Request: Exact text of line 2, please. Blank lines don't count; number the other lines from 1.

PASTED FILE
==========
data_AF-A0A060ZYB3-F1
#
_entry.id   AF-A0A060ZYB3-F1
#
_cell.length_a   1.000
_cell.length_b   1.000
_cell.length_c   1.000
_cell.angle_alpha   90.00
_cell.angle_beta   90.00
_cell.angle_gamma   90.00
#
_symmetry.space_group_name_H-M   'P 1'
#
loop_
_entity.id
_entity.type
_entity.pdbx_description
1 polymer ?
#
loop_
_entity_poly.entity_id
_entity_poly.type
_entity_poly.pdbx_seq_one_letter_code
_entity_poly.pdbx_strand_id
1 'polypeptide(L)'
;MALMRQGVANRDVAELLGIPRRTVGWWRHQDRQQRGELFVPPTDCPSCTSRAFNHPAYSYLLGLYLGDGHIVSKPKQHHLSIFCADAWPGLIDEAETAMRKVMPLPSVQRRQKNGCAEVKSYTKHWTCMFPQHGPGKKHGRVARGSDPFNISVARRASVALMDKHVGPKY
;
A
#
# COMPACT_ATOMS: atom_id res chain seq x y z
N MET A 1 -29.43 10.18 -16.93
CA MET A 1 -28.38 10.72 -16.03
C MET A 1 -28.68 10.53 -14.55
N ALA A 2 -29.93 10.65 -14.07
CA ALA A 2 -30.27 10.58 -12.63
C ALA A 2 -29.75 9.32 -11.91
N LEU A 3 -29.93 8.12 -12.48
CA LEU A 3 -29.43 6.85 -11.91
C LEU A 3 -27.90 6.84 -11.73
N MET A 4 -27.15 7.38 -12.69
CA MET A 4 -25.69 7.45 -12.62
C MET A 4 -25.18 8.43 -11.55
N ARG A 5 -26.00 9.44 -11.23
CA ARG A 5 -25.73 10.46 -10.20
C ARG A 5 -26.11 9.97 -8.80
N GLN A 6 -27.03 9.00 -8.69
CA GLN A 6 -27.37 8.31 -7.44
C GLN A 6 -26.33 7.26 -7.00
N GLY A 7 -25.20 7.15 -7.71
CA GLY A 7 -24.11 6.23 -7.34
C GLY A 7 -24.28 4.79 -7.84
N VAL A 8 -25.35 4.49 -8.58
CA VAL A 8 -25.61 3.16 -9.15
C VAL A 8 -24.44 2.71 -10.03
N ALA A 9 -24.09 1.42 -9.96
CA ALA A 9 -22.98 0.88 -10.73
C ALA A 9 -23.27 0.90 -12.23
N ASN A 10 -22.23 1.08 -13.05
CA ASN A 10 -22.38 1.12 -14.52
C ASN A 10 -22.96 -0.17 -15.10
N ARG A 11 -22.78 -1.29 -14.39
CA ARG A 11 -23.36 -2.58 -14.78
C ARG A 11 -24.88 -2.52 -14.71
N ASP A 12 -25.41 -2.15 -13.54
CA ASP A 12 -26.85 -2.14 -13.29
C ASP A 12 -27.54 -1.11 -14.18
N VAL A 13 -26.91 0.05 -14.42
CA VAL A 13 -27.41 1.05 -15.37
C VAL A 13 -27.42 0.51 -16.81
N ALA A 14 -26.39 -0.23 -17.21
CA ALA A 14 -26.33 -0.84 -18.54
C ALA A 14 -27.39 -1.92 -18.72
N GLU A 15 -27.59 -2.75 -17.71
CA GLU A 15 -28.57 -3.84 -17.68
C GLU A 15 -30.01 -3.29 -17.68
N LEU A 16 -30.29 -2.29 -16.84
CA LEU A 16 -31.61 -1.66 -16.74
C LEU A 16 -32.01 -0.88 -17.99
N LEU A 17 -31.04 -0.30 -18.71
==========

#